Feature

Zero tolerance policies in schools, intended to reduce school violence and behavior problems, can actually have the opposite effect, according to a report of the APA Zero Tolerance Task Force adopted by APA's Council of Representatives at its August meeting.

The task force reviewed 10 years of research on the effects of zero tolerance policies in middle and secondary schools and concluded that such policies not only fail to make schools safe or more effective in handling student behavior, they can actually increase the instances of problem behavior and dropout rates.

The research also showed that zero tolerance policies failed to increase the consistency of discipline across student groups and failed to decrease uneven enforcement of punishment across racial lines.

There are discipline strategies, according to the task force report, that can target disciplinary actions to specific misbehaviors without sacrificing school safety or mandating all students to the same punishment. Three levels of intervention are recommended: primary prevention strategies targeting all students; secondary strategies targeting those students at risk for violence or disruption; and tertiary strategies targeting those students who have already been involved in violent or disruptive behavior.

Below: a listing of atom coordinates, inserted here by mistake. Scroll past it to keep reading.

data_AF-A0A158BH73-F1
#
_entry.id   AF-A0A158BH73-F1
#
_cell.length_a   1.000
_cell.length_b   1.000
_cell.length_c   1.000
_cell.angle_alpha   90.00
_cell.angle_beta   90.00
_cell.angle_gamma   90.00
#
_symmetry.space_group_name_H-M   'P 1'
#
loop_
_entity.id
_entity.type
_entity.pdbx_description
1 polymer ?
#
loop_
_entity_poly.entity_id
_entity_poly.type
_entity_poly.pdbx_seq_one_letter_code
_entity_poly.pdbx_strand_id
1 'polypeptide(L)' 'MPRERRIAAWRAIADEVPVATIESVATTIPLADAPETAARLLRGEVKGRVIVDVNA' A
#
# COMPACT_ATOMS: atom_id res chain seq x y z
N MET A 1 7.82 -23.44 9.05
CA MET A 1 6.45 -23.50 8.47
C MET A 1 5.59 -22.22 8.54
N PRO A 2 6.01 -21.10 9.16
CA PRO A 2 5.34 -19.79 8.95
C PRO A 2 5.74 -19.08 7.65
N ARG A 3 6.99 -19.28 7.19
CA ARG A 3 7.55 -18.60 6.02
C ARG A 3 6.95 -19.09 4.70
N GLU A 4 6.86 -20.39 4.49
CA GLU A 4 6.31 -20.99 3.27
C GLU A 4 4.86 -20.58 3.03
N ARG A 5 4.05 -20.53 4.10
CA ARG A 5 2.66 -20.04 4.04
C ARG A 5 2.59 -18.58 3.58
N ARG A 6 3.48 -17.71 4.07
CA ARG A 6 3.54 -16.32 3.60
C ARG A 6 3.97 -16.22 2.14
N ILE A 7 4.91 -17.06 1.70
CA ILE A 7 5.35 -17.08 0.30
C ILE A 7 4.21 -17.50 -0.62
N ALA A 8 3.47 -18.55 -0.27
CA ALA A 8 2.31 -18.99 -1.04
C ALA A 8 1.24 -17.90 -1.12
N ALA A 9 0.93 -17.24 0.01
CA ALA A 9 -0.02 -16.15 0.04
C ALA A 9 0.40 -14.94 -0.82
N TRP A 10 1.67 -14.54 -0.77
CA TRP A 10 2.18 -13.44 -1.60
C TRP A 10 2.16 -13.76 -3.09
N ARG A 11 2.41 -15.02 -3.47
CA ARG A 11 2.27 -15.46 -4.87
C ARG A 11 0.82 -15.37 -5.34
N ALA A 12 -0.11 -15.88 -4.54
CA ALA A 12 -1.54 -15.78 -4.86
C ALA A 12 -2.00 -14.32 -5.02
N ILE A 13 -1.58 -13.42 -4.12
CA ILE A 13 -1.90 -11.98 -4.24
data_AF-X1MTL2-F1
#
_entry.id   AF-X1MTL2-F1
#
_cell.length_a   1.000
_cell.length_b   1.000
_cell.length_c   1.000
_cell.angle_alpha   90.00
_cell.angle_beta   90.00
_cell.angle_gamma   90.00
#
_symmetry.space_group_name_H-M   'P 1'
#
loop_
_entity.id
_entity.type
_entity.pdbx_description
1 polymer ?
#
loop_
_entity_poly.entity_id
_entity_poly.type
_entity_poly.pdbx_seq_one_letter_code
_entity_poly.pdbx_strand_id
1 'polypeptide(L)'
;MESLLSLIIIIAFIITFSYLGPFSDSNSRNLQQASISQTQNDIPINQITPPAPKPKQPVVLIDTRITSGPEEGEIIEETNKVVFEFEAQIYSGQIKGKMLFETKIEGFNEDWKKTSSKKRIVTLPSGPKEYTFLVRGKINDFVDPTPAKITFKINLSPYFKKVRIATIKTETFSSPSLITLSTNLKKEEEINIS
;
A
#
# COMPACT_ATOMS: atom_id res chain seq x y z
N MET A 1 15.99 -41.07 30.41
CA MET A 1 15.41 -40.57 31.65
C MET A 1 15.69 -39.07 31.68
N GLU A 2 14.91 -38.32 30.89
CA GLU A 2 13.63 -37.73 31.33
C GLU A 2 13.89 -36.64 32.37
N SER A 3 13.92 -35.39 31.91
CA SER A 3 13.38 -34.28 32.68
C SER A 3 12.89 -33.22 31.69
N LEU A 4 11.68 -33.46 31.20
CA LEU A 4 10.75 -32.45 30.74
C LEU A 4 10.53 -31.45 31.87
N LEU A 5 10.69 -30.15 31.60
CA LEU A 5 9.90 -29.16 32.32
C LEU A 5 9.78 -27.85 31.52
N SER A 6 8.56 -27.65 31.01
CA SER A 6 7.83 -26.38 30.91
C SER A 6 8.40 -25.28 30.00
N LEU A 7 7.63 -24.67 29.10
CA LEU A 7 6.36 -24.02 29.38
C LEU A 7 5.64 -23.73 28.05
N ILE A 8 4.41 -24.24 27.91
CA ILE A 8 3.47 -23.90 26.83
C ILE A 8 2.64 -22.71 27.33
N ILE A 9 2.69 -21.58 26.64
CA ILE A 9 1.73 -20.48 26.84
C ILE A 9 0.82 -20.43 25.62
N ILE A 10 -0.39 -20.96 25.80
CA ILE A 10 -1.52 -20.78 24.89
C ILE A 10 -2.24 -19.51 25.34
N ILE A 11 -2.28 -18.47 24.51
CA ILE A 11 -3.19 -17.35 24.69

The report does not recommend that schools abandon zero tolerance policies, but that they be modified to allow for more flexibility and so that individual teachers and administers can use their judgment on appropriate responses to incidents that take place in their classrooms or buildings.

"Many incidents that result in disciplinary action in school happen because of an adolescent's or child's poor judgment, not due to an intention to harm," states Cecil Reynolds, PhD, task force chair. "Zero tolerance policies may exacerbate the normal challenges of adolescence and possibly punish a teenager more severely than warranted."

--R. Farberman

RELATED ARTICLES